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The base of Bansko Ski Area

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Exhausted from an eight hour bus ride that spanned three countries, we pressed the reception desk at our hotel for an answer. “It’s after midnight, our kitchen is closed.”

“What about other restaurants nearby?”

“Walk done the road, you might find something open. We are located in the center of town.” Wow, that was unhelpful. The swank interior decorating of bright reds set on black and futuristic minimalistic Japanese inspired lines of the hotel lobby highlighted the staff’s unwillingness to get his image dirty with useful answers. This didn’t bode well for our stay. Luckily we were rescued by a perky eyed staff member who replaced her manager. We were pointed in the direction of a local tavern, one of many, and welcomed despite the late hour.

Huddling from the rain in the Old-Town

That’s Bansko, a bit rough around the edges but friendly and accommodating at its center. And for those who want to stretch their wallet in luxury this is the place. Set in the southern Bulgarian mountains close to the border with Greece, Bankso has always been associated with cheap prices, but now it’s becoming known for world class skiing as well. A crash in real estate speculation in 2008 has helped keep the prices down, but the residents of this former communist state kept themselves busy upgrading the town and ski area with the latest equipment and amenities. The speculation years left their scars in the form of half built hotels and high rise condominiums, but the old section of town was preserved reasonably well. There is still a rare lived in feeling to the old-town which makes a charming contrast to ski area and new construction just across the

Enjoying a smoke in the old-town

cobblestone street.

While having a quaint town to retreat to after a long day on the slopes is important, the main attraction is the skiing itself. Bansko boasts modern lifts and facilities (rare in the region) and has a wide range of trails that will keep beginners to experts happy. A fresh blanket of powder awaited us on our first day which proved nicer conditions than our trip to the Dolomites in Italy. Though to be fair, the selection of rental equipment is not friendly to the advanced skier. Bring your own if you are picky.

I told you it was rough around the edges.

Yes, this is the line. There is another just like it in the other direction.

Another issue is the distance to the slopes from the center of town. While having the slopes at the higher altitudes does wonders for the snow conditions, access is a big problem. Only one gondola ferries skiers to the beginning of the slopes and the traffic jams are intense. Be prepared to fight your way into the cars. As we were putting our skies in the outside holders two others snuck in before us. After waiting in line for an hour we weren’t impressed with the local hospitality. The gondola opens at 8:30 am so if you don’t want to wait for an hour or longer get there early, and bring some muscle.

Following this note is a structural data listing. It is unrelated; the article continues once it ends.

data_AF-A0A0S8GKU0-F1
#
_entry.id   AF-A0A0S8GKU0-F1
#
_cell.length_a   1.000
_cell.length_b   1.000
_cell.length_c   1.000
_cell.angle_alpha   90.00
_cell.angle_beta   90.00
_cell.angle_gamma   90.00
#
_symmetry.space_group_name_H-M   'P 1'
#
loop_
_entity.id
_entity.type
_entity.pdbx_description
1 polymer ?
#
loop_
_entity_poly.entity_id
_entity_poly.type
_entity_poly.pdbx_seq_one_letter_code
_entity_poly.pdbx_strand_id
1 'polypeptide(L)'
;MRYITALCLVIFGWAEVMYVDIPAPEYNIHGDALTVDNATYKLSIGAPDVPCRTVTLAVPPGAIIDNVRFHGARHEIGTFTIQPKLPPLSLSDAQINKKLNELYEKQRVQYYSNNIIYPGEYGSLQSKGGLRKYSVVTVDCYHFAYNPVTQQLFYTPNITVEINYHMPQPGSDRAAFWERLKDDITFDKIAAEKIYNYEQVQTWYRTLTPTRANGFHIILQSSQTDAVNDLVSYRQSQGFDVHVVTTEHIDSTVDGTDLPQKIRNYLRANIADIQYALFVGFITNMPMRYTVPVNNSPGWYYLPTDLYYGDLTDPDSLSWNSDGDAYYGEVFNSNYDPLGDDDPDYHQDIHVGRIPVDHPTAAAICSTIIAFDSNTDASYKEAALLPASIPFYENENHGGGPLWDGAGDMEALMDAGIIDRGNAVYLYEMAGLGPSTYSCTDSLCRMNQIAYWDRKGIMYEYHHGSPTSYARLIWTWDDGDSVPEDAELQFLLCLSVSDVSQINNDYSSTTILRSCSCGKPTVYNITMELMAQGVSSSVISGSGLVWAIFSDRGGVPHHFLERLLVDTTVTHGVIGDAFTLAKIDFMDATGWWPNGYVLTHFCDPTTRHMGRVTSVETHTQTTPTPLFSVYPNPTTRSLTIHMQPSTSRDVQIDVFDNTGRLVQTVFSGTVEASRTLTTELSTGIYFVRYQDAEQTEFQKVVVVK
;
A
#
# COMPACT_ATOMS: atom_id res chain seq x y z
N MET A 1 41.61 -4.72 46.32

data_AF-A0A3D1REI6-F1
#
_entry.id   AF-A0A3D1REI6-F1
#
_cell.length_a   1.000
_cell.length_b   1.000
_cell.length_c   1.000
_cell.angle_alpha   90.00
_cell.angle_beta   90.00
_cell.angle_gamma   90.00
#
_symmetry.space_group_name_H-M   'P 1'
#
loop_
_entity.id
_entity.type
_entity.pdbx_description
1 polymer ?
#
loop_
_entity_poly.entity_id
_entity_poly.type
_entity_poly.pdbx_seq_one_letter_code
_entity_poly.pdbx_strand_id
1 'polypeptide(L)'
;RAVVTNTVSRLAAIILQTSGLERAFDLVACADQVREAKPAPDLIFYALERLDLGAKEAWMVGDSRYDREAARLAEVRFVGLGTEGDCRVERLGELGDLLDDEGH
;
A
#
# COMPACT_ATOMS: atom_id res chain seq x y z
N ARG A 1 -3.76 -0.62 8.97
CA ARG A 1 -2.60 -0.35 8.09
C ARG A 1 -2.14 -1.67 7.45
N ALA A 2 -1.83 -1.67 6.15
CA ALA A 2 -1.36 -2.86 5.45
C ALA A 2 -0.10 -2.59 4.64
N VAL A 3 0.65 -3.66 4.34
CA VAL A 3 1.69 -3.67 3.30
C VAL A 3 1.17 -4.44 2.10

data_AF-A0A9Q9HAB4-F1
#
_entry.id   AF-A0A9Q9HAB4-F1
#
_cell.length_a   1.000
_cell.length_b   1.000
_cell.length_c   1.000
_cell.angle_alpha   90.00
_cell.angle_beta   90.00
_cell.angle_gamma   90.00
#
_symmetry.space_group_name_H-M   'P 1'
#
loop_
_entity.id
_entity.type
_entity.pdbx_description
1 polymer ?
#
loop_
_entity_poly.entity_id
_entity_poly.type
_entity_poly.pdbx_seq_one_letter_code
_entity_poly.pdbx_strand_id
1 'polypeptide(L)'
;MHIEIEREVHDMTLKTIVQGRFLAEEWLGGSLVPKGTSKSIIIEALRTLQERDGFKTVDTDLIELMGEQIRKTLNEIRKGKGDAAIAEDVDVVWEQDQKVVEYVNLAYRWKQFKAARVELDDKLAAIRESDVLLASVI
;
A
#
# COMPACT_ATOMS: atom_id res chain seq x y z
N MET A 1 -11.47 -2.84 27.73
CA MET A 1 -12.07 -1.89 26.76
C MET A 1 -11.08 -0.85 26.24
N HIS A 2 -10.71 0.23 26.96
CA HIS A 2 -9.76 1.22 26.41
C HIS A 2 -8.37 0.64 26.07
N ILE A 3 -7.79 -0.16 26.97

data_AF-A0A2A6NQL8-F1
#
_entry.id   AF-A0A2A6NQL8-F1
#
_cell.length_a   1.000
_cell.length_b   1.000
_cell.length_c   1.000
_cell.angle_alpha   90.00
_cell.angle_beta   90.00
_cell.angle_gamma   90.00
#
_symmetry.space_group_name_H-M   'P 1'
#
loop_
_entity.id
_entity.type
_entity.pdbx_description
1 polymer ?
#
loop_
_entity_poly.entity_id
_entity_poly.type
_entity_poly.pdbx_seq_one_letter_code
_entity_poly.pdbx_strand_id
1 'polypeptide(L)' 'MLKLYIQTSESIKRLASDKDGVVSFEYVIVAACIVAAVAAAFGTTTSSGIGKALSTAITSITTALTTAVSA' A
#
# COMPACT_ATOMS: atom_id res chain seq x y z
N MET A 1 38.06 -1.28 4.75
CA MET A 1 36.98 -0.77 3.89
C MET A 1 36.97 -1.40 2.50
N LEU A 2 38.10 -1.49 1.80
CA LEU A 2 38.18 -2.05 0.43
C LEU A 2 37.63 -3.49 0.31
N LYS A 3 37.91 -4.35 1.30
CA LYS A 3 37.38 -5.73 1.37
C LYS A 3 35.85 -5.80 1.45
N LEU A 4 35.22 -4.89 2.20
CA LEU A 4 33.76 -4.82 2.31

The skiing and the views make up for it. Where do the clouds and mountains begin?

Once on the ski slopes the rough edges are washed away by the surrounding mountains and impossibly long views. After a long day of fresh air and carving up the slopes slip back into town where taverns rock out to the eighties and Bulgarian pop. Don’t forget to swig back a couple of rakiya, the local alcohol like grappa in Italy. And if a local asks if you like it, shake your head from side to side. Nodding means “no” in Bulgaria and you would hate to start an international incident over a drunken misunderstanding.

Have you been to Bansko? Let us know what you thought and share your tips and local favorites.

By the numbers:

Ski Pass: Adults €25; €Children 12.5/ per day

Altitude of the resort – 990m

Highest Peak – 2,914m

Total length of slopes – 70km

Total number of lifts – 14

If you go

Getting there: The closest international airport is in Sofia, Bulgaria, 95 km away. It is about a three hour drive from Sofia. Be prepared for windy roads with a few bumps along the way.

Where to stay: There are a ton of options in Bansko. The most expensive hotel, the Kempinski Hotel located right on the slopes, will set you back €100 per person per night. Our swank hotel cost €60 per night including breakfast and dinner for the two of us. If you are staying longer rent an apartment for as little as €250 a week. To find a place you can start here.

When to go: The ski season runs from December through late May.

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3 Responses to “Bansko- Bargain Basement of Bulgarian Skiing”

  1. Old town is certainly lovely but generally Bansko has been completely ruined by so much development and prices for skiing there are not that much different from much larger, more snow sure European resorts.

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  2. Love these posts on places I will most likely never have a chance to visit :)

  3. Bali VillaNo Gravatar says:

    The old town photo surely shows a different light for a bulgarian country. Haven’t seen one place like that there before.

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